Aric remembers his younger years, as a boy in the Roman Empire, trying to reclaim Dacia. In the present, the Visigoths find out what a supermarket is and Alexander Dorian has a proposal for Aric and all the Visigoth people.
As far as single issues go for this series, this is one of the best. The book feels like it's settled, even though, on the horizon, it will be getting shaken up. Aric and his people have a home, for the time being. They're all slowly adapting to their surroundings, and understanding what it means to live in the 21st century. There's a couple comical moments that involve the Visigoths in 2013, and one of these moments is actually a major part of the issue. Adaptation has been a big part of this series as a whole, and we get that on a larger scale here.
With the past few issues, writer Robert Venditti has tipped the scales a bit by showing the more brutish and stubborn side of Aric, making him come off as the antagonist and walking the thin line between hero and villain. Here, the reader really gets to feel out Aric and understand why he's going through such trouble in order to keep his people safe. The past couple of issues did a great job at showing that Aric is not perfect. He has his priorities. He makes sometimes not-so-smart choices. However, he really is redeemed as a hero in this issue, even though not much has changed with his stance on where the Visigoths should live.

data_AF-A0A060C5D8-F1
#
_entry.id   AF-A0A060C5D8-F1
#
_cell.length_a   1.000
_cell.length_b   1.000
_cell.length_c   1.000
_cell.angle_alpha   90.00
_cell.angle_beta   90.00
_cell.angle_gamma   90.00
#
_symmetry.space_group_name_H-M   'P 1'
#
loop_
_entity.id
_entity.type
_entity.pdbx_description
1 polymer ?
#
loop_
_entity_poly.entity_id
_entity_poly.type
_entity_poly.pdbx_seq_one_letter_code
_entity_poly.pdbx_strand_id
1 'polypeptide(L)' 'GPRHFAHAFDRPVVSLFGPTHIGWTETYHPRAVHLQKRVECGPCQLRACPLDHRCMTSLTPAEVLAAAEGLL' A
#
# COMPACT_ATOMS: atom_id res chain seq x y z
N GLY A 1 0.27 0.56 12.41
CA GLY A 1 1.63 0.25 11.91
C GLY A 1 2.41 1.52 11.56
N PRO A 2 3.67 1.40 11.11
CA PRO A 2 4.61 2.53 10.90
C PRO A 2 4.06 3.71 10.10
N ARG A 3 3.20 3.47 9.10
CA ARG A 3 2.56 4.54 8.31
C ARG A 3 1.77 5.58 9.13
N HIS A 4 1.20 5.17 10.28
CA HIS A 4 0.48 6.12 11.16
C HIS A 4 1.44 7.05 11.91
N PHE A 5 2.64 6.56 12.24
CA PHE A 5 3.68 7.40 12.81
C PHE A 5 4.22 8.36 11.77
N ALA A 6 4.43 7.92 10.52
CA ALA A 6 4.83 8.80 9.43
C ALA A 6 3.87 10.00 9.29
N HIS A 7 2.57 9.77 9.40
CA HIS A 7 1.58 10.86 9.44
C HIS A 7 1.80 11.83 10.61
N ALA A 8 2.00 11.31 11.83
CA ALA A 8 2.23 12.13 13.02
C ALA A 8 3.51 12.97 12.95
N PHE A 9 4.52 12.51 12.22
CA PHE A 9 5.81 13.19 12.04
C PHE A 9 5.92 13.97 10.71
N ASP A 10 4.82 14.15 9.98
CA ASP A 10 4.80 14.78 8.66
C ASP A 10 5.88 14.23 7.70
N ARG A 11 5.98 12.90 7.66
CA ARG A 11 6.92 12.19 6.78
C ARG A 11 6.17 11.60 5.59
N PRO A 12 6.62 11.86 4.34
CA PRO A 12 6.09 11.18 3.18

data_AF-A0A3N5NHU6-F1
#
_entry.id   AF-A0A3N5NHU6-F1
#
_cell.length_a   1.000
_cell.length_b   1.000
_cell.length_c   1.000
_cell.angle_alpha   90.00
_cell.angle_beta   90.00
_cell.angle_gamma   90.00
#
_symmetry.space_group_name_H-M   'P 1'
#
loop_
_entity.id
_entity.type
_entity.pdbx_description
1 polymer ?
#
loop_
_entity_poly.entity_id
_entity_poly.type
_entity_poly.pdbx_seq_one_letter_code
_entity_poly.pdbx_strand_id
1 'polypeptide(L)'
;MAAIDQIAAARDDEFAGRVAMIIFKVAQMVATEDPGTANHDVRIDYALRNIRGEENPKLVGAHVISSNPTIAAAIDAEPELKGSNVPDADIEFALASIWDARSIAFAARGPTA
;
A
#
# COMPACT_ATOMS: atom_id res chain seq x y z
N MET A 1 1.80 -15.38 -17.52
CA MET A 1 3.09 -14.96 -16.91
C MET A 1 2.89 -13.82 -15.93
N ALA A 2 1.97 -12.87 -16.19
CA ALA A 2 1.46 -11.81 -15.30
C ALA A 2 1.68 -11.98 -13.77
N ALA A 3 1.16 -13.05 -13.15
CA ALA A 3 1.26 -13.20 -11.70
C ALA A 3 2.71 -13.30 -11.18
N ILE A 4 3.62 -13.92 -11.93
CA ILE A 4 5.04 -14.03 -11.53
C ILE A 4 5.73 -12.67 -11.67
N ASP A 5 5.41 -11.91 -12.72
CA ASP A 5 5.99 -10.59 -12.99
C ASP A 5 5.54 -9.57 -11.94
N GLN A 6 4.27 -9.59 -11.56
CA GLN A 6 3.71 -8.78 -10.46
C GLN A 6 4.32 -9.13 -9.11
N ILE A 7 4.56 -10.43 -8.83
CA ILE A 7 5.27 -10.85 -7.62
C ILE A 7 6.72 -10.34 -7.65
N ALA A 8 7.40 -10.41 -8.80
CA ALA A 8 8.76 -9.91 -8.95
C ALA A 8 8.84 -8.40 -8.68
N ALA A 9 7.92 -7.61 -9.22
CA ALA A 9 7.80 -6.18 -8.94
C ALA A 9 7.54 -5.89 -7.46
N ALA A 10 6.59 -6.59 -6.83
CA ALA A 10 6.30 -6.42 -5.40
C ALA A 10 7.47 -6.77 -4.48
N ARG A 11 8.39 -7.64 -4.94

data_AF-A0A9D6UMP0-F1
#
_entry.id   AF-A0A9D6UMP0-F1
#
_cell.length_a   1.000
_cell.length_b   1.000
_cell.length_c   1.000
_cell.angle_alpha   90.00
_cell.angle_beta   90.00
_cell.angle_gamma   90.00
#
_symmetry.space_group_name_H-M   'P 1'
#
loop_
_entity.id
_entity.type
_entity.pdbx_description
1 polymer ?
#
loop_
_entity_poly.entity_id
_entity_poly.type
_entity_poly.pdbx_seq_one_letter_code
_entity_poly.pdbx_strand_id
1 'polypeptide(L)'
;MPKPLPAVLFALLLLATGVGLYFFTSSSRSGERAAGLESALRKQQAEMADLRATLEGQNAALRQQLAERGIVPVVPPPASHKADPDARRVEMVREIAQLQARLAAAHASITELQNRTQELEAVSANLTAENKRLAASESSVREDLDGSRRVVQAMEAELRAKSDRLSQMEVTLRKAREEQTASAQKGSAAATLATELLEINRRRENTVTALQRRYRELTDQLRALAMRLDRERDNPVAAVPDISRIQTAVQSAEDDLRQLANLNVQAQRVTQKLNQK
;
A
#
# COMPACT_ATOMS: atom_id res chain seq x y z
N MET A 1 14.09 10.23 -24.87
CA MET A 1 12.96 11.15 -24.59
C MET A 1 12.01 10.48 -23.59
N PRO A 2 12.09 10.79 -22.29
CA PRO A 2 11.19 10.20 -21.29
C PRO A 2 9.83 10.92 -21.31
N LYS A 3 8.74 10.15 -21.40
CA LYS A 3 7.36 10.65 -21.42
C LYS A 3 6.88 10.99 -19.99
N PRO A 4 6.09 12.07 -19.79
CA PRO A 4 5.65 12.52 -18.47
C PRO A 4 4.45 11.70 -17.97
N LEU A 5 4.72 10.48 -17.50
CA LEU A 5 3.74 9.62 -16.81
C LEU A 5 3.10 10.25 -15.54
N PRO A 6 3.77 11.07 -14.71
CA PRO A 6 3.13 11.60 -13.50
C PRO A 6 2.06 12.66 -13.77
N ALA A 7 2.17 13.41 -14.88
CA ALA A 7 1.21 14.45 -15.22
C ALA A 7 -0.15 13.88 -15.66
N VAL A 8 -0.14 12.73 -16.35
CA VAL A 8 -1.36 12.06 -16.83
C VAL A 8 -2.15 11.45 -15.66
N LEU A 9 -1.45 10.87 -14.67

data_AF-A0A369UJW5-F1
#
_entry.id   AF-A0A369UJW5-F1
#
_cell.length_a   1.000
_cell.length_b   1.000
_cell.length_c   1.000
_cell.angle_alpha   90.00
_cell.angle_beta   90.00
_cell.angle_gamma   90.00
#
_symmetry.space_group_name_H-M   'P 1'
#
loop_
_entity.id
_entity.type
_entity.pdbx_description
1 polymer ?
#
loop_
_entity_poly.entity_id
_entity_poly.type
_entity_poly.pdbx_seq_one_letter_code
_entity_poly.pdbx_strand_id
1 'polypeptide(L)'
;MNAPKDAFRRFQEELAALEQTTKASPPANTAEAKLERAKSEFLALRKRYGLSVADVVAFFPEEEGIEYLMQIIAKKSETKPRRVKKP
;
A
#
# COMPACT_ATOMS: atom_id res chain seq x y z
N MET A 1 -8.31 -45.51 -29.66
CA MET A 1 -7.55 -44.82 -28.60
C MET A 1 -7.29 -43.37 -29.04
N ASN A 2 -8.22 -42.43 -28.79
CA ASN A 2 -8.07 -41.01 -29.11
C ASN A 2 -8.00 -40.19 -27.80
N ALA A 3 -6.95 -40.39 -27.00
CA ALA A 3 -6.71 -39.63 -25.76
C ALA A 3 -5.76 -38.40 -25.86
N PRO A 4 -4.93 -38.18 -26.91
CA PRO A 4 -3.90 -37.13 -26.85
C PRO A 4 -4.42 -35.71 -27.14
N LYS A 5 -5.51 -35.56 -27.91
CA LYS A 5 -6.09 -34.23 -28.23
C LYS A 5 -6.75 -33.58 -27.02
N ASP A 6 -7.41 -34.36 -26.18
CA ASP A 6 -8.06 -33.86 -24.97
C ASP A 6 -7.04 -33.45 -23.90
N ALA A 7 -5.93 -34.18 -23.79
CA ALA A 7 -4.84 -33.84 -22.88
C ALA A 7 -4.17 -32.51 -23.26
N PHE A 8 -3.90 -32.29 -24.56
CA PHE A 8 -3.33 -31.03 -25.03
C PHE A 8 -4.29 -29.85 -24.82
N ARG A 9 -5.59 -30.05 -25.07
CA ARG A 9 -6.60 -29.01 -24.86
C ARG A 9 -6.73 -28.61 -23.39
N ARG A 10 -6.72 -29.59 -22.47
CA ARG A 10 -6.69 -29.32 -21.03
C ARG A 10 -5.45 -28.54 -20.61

Flat-out, colorist Moose Baumann does an amazing job on this issue. The opening scenes, featuring a young Aric, is downright beautiful. The transition between light and dark is brilliant, and while I've always enjoyed his work on this book, he takes it to the next level here. There are very few times I can say a colorist's work blew me away, and the opening to this issue is one of them. And as always, Lee Garbett delivers some fantastic art. He sets up scenes incredibly well, and the opening, featuring a young, hurt Aric, running to find his mother is wonderful. His art is crisp and clean, and this creative team truly does some fantastic things with the book, month after month.
My biggest problem with this issue is that it ends so abruptly. On top of it, it's a bit of a let down for an ending to this book as well. We're left with a cliffhanger that has some impact on the reader; however, everything else happening in the issue is a bit more exciting.
X-O MANOWAR is the perfect example of rebooting a franchise and making it worthwhile for new readers and old fanboys. Venditti is doing fantastic things with this story. Each story keeps getting better and better. Bringing back Alexander Dorian to this issue to "reason" with Aric is fantastic, since he was such a great part of this series in prior issues. Moose's colors, especially on the opening scene, are wonderful. Venditti, Garbett, and Baumann are one heck of a creative team.